For an inside dog agility tunnel, we recommend using some combination of couches, chairs, and an ottoman or coffee table.  All you’ll have to do is use a couch and ottoman to create the sides of a tunnel and then place something over it, like a couch cushion, to form the top.  If your dog is nervous initially, you can pull the ottoman or chair further from the couch to make the tunnel wider or place something under the edges of the cushion to raise the top.

This gets a little more difficult if you are in a small indoor space, but we can also use the same concept with outdoor items.  Deck railings make perfect options for one side, but if you don’t have that option, you can use stairs, yard stakes with a tarp, or dog beds to form a tunnel.  Remember to make sure whatever you are using isn’t going to fall on your dog, even if it’s just dog beds because it will make it more challenging to get your dog comfortable with the tunnel.

Beginner option for an agility dog tunnel

Two options for a beginner dog agility tunnel

We have two different options for a beginner tunnel for your dog but first wanted to mention a best practice.  For your first tunnel, we recommend getting one slightly larger than what you think you’d need unless you worked with the DIY/temporary options for a while.  It’s a lot easier to train your pup with a slightly larger tunnel.

The first option is to repurpose a children’s play tunnel.  They are typically available almost anywhere, tend to be cheap, and are essentially the same thing as a dog agility tunnel, just marketed differently.  The wider your tunnel is, the easier it will be to get your dog to go through it. 

What we did initially was find a collapsible laundry basket and then cut out the bottom.  It’s really easy to do, and they tend to be even cheaper than children’s play tunnels.  We specifically liked the short length and wider opening, as we were learning the behavior inside our home.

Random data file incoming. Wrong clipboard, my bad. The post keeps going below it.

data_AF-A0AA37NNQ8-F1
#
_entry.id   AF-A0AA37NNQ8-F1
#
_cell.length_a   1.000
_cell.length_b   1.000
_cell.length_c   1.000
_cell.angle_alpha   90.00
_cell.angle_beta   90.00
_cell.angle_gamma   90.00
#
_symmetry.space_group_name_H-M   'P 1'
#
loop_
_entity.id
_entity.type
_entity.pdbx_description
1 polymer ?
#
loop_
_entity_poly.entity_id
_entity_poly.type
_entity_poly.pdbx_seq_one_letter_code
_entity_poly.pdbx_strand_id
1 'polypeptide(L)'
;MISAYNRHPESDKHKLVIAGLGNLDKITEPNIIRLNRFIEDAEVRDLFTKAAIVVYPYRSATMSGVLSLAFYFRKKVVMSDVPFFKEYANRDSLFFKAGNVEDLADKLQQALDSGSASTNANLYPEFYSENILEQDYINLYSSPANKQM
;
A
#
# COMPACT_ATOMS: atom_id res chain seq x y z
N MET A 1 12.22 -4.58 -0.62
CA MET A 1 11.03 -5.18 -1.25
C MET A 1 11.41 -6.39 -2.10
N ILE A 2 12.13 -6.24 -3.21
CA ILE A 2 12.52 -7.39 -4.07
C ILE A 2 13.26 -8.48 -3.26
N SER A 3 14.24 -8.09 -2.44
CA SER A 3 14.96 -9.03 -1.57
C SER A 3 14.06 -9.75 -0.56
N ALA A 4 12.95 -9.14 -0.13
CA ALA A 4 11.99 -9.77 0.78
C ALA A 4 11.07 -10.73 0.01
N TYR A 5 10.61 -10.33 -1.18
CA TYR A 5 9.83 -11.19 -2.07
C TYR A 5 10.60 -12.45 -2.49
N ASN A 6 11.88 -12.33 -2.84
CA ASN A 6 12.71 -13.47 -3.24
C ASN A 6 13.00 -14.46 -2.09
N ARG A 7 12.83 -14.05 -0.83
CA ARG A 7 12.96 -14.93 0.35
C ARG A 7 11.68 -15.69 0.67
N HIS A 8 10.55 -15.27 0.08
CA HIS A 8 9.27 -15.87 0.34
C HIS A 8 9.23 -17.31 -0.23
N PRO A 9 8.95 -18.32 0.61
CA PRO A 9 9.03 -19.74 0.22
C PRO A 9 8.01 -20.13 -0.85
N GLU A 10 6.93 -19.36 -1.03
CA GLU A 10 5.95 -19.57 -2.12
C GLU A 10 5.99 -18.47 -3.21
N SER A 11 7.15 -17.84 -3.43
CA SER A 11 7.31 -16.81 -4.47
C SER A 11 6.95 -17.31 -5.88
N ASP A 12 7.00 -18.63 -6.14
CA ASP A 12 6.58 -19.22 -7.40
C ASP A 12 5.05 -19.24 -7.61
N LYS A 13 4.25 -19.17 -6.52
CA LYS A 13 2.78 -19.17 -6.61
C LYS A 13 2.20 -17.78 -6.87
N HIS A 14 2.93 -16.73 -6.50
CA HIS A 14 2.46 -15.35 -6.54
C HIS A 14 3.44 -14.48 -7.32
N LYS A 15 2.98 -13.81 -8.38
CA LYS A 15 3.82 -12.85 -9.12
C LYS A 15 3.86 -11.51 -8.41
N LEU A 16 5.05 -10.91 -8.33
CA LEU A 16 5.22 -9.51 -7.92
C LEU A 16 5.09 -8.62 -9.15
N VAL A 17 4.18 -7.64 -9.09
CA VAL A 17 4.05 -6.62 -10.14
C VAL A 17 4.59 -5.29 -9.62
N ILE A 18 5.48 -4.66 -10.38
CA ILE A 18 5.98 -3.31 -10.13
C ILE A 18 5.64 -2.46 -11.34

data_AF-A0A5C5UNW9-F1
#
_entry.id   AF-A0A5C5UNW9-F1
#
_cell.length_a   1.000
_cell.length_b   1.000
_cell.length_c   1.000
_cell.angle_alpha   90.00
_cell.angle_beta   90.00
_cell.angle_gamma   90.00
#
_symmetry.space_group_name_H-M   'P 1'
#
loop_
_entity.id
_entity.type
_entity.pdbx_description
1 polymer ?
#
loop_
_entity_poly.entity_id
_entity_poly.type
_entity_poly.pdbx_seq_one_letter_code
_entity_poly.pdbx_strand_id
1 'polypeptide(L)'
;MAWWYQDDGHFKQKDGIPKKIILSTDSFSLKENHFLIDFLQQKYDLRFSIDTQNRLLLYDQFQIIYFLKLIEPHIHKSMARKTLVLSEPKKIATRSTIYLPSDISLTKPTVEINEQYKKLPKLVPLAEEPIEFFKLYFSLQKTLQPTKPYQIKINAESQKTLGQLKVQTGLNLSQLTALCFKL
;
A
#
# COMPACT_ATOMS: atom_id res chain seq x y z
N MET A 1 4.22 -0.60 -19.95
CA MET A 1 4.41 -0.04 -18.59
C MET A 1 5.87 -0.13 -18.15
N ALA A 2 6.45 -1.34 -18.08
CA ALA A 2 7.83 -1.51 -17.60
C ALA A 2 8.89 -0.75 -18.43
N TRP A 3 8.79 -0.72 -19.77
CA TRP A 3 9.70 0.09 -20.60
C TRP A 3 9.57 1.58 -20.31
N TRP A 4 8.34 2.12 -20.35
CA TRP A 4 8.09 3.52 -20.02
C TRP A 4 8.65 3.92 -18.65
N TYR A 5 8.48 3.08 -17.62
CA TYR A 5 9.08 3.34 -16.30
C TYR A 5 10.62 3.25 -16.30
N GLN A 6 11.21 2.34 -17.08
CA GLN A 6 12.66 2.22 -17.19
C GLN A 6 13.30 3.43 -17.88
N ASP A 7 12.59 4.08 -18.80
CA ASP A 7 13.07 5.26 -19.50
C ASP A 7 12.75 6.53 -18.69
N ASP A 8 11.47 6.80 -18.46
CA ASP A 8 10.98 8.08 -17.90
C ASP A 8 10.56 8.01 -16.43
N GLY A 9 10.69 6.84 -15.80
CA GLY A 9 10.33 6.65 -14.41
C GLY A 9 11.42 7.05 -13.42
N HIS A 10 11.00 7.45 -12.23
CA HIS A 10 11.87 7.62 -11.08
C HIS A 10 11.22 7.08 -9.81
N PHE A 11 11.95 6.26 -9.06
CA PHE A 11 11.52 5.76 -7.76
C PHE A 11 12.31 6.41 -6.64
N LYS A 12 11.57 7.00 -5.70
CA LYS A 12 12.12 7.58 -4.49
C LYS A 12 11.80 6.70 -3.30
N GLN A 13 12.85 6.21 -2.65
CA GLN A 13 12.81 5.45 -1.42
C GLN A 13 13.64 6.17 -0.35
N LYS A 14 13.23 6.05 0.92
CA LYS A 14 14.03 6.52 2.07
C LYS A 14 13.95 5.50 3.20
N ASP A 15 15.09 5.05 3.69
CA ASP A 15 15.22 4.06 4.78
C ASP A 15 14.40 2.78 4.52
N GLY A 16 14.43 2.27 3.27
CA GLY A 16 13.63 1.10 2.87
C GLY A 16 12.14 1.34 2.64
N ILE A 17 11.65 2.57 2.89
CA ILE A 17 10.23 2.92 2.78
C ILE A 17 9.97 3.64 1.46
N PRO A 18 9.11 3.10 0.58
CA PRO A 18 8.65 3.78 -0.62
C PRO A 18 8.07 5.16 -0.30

Either way, we’d recommend looking for one that collapses for ease of storage and moving around.  If you don’t know where to start with the size, try different temporary or DIY setups inside and see what size your dog is comfortable with. Even if it’s a little oversized, your dog will still be able to learn the behavior and have fun. After your pup gets the hang of it, you can adjust to a smaller or longer one.

Quality option

Trixie dog agility tunnel with saddlebags

Once your pup is comfortable with a dog agility tunnel, or your temporary setup, we highly recommend the Trixie dog tunnel.  Most importantly for us, it collapses and comes with a bag for easy storage.  It’s lightweight, a medium length (6 ft), and 16 inches wide, which works for our 80 lb dog, Prim.  It also comes with both saddlebags and stakes, if you need options for holding it in place.  

When we use the Trixie dog agility tunnel outside, we use the saddlebags to hold it down.  We used sand, but anything that fits in the bag is fine as a weight.  It helps keep the wind from moving the tunnel and helps prevent accidental movement when your pup is going through it.  

When we use the dog tunnel inside, we don’t generally use the saddlebags.  We shove something against the entrance to prevent it from moving and let the other end move a little.  As long as you have an 8-10 ft open area (hallways are perfect for this) it’s completely capable of being used inside.

As a final note, the Trixie agility tunnel is much cheaper (usually around $30) than most other dog agility course equipment, as agility tunnels tend to be over $100.  So with this option, you can get a good deal on a piece of equipment that your dog will be able to use for years!

Creating systems of tunnels

Creating a system of dog tunnels

This is more of a bonus section than something you need to do, but with a little string or careful placement, you can create a system of tunnels for your pup to use!  

We ended up with multiple dog tunnels because we upgraded from our beginner option to our quality option and awkwardly ended up with a hamper that had the bottom cut out.  Prim absolutely loves going through the tunnels so we put both of ours close together for her to see which one she liked better.  

It turns out she likes them both!  She would take off through one tunnel and then immediately go through the other without a cue.  If you have the space, your dog may enjoy the tunnel system, too!

Troubleshooting issues